Hendricks mainly is critical of the environmental impacts. “What’s wrong is framing commercial aquaculture with other things that sound good. They’re not really being honest that this is a money-maker deal,” she says. “This is not about restoration or cleaning the water.”
If it was about restoration, Hendricks claims, the plan would restore more than just “a couple of acres” of Olympia oysters. Commercial aquaculture operations in Washington raise some native geoducks but mostly non-native Pacific oysters, Manila clams and mussels.
Environmentalists such as Hendricks also criticize large shellfish growers for spraying the toxic pesticide carbaryl in Willapa Bay and Grays Harbor for years. Carbaryl is being phased out, so growers intend to use imidacloprid as a substitute. (Imidacloprid is in the class of chemicals known as neonicotinoids and is a neurotoxin linked to Colony Collapse Disorder among bees. It’s banned in Germany, Italy, France and Slovenia (see Honeybee disaster, April 2012 Sound Consumer).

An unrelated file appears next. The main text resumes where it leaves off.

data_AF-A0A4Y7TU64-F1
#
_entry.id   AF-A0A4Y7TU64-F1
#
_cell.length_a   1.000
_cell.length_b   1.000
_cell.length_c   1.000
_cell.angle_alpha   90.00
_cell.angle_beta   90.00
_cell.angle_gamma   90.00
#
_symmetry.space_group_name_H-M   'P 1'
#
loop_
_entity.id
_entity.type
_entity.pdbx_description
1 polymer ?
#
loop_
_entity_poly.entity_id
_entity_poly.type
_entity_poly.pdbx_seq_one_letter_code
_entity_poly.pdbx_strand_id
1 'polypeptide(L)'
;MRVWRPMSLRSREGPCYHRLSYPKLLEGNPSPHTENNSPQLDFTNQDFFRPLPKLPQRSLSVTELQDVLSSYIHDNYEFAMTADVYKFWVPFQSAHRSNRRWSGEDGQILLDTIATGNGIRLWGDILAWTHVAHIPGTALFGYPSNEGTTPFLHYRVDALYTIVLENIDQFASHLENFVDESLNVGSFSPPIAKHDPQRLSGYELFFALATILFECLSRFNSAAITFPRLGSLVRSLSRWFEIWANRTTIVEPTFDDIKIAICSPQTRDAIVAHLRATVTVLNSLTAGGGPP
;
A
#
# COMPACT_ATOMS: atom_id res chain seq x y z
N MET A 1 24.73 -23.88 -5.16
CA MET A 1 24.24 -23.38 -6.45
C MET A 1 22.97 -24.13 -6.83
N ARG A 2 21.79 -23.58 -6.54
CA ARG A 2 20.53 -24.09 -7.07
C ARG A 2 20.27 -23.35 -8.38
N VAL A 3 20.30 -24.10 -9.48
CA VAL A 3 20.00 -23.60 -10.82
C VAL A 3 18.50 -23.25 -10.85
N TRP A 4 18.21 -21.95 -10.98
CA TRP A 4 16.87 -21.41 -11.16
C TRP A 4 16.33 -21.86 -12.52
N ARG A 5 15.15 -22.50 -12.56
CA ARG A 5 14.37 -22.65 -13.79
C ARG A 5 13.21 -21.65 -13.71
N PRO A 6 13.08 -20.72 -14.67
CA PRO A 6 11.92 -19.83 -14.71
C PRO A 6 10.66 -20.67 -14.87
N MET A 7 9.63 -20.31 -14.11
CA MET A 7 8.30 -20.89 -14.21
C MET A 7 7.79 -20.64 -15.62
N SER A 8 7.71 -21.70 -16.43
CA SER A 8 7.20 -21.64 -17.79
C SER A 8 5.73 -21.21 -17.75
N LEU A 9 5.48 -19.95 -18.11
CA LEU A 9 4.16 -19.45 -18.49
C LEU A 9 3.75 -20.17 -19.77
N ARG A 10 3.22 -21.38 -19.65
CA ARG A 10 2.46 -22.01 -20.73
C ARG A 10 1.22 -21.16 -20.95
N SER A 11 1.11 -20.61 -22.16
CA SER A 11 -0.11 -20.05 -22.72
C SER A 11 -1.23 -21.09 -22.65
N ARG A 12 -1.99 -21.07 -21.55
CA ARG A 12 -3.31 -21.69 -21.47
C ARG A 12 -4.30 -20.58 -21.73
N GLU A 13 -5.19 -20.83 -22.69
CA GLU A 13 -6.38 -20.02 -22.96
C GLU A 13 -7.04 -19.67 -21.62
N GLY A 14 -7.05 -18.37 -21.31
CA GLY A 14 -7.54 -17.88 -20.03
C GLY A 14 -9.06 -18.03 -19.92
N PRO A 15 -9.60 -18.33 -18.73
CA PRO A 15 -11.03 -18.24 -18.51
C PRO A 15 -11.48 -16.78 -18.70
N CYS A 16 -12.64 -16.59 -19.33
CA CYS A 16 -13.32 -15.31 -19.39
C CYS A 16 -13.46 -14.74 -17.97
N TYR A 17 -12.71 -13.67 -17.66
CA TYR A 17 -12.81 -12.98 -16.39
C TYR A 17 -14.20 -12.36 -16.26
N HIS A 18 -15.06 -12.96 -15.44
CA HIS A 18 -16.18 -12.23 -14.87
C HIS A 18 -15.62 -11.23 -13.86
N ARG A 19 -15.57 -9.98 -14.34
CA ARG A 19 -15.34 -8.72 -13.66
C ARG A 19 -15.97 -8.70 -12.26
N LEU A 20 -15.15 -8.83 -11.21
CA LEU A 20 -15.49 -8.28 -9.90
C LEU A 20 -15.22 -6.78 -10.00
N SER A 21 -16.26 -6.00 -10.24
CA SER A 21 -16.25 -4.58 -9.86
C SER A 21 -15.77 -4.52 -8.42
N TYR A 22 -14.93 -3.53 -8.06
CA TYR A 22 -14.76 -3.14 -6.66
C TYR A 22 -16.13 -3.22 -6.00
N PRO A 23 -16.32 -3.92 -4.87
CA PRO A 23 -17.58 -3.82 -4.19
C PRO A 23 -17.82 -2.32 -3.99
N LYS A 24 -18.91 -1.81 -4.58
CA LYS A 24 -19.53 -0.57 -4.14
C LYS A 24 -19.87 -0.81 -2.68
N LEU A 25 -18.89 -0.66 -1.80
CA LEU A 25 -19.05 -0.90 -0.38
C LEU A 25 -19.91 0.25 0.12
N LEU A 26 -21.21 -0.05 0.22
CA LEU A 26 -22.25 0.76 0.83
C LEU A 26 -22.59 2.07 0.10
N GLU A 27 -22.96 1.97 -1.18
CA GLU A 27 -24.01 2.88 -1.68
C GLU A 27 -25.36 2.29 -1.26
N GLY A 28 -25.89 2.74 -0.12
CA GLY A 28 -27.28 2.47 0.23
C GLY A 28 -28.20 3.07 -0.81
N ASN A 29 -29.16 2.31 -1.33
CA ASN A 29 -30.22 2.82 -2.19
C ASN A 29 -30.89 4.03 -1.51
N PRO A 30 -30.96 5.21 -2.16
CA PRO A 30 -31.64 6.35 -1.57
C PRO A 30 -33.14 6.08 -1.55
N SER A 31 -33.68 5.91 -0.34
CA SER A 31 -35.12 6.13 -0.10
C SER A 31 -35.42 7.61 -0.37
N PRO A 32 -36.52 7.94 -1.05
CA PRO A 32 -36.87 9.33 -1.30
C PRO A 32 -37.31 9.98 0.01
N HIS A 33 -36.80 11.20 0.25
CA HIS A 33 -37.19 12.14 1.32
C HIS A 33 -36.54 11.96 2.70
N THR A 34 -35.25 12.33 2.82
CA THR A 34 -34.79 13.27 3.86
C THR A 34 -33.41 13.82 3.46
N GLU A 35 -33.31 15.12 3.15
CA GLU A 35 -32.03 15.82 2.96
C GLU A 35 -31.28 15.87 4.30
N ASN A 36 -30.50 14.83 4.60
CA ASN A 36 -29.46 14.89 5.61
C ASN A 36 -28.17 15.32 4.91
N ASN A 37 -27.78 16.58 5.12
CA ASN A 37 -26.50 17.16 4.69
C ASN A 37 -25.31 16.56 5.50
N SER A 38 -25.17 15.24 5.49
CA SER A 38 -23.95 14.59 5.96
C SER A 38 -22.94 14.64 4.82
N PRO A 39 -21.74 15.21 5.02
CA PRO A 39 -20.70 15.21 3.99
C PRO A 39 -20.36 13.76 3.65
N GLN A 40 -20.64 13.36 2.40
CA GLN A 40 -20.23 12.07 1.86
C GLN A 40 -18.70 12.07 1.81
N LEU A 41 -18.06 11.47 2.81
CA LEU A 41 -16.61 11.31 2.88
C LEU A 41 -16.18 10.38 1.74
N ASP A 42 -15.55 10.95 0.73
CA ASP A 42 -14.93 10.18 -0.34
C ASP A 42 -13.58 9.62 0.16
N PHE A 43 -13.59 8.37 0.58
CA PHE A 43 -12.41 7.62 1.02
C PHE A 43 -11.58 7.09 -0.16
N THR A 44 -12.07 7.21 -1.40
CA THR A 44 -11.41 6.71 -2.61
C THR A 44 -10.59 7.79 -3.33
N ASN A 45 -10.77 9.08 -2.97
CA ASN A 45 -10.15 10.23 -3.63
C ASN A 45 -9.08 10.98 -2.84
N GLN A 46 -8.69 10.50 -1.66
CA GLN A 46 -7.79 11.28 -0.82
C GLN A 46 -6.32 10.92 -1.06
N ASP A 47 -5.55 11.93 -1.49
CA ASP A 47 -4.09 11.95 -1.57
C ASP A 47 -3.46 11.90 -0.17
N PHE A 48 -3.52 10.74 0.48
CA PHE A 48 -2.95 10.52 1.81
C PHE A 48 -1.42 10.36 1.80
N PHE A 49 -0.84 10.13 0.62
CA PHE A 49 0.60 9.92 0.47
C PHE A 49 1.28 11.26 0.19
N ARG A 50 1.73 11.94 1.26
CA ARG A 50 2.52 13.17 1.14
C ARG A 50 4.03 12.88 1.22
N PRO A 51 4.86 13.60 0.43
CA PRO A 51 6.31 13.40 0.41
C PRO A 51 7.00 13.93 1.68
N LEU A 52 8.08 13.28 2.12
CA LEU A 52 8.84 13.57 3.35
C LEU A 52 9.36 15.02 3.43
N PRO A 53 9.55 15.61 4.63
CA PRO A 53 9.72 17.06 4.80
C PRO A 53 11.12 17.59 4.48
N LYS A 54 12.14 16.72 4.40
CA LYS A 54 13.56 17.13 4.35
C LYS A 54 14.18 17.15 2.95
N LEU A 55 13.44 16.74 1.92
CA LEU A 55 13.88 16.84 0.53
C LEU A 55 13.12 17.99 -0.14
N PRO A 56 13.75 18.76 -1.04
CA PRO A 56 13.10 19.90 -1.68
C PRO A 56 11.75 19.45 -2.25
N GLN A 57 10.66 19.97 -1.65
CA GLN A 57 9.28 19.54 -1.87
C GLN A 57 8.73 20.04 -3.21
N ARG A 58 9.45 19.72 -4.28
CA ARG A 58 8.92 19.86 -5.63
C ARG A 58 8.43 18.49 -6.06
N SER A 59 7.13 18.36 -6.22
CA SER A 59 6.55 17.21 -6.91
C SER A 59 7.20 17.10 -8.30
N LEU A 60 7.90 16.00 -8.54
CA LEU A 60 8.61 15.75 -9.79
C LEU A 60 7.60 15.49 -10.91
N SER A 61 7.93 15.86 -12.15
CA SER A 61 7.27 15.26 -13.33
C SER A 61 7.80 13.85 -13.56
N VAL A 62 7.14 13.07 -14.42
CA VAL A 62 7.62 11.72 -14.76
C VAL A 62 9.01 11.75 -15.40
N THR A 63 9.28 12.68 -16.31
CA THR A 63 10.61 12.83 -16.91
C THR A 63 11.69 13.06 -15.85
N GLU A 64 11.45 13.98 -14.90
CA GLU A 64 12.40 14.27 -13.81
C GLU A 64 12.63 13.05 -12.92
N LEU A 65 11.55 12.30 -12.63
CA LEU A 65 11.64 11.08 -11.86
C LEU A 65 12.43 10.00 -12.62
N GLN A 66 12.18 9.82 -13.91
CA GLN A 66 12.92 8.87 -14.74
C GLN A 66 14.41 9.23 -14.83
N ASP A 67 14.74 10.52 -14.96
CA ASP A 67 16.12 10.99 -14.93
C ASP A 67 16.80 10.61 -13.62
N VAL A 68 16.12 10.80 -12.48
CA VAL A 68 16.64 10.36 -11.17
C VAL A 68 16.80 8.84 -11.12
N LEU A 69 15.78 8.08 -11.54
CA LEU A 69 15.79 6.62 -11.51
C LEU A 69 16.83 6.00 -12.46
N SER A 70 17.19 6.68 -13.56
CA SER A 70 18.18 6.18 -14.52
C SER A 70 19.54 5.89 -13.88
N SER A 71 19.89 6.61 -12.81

“Converting tidelands into the marine equivalent of factory farms is not benign,” says Anne Mosness, a former commercial fisher and head of the Go Wild campaign. “Beaches bulldozed of marine vegetation eliminates habitat essential for spawning small fish. The loss of these small fish deprives sea life, birds and coastal animals of essential food. Populations of salmon, Orca and other species continue to decline as the shellfish industry expands,” she says. “We cannot afford this kind of unsustainable growth.”